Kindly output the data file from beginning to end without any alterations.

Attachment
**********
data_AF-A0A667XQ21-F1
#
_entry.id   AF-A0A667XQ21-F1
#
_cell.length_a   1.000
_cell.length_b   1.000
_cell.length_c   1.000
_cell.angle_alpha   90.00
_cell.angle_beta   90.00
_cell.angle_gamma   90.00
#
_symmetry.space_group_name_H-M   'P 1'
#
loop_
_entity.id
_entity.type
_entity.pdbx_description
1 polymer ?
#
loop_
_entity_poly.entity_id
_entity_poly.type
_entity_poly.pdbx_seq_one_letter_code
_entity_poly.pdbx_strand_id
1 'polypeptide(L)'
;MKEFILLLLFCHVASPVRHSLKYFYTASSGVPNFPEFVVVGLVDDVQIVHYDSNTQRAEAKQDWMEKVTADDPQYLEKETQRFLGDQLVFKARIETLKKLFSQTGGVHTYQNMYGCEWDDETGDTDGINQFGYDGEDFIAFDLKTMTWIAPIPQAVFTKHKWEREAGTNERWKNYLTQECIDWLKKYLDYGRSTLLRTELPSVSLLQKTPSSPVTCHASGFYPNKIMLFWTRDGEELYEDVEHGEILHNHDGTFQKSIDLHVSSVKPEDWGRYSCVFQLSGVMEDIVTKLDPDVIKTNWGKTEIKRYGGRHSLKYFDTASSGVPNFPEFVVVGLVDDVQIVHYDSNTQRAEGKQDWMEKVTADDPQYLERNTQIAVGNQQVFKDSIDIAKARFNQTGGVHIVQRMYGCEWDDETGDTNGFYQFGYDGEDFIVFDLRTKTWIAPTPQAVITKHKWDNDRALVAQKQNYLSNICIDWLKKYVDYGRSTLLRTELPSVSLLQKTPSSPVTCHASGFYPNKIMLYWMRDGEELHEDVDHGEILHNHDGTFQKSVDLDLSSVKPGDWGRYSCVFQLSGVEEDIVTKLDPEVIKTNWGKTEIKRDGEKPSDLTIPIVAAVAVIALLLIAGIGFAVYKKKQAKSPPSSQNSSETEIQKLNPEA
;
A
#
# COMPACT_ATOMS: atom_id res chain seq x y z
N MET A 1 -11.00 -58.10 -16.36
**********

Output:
data_AF-A0A667XQ21-F1
#
_entry.id   AF-A0A667XQ21-F1
#
_cell.length_a   1.000
_cell.length_b   1.000
_cell.length_c   1.000
_cell.angle_alpha   90.00
_cell.angle_beta   90.00
_cell.angle_gamma   90.00
#
_symmetry.space_group_name_H-M   'P 1'
#
loop_
_entity.id
_entity.type
_entity.pdbx_description
1 polymer ?
#
loop_
_entity_poly.entity_id
_entity_poly.type
_entity_poly.pdbx_seq_one_letter_code
_entity_poly.pdbx_strand_id
1 'polypeptide(L)'
;MKEFILLLLFCHVASPVRHSLKYFYTASSGVPNFPEFVVVGLVDDVQIVHYDSNTQRAEAKQDWMEKVTADDPQYLEKETQRFLGDQLVFKARIETLKKLFSQTGGVHTYQNMYGCEWDDETGDTDGINQFGYDGEDFIAFDLKTMTWIAPIPQAVFTKHKWEREAGTNERWKNYLTQECIDWLKKYLDYGRSTLLRTELPSVSLLQKTPSSPVTCHASGFYPNKIMLFWTRDGEELYEDVEHGEILHNHDGTFQKSIDLHVSSVKPEDWGRYSCVFQLSGVMEDIVTKLDPDVIKTNWGKTEIKRYGGRHSLKYFDTASSGVPNFPEFVVVGLVDDVQIVHYDSNTQRAEGKQDWMEKVTADDPQYLERNTQIAVGNQQVFKDSIDIAKARFNQTGGVHIVQRMYGCEWDDETGDTNGFYQFGYDGEDFIVFDLRTKTWIAPTPQAVITKHKWDNDRALVAQKQNYLSNICIDWLKKYVDYGRSTLLRTELPSVSLLQKTPSSPVTCHASGFYPNKIMLYWMRDGEELHEDVDHGEILHNHDGTFQKSVDLDLSSVKPGDWGRYSCVFQLSGVEEDIVTKLDPEVIKTNWGKTEIKRDGEKPSDLTIPIVAAVAVIALLLIAGIGFAVYKKKQAKSPPSSQNSSETEIQKLNPEA
;
A
#
# COMPACT_ATOMS: atom_id res chain seq x y z
N MET A 1 -11.00 -58.10 -16.36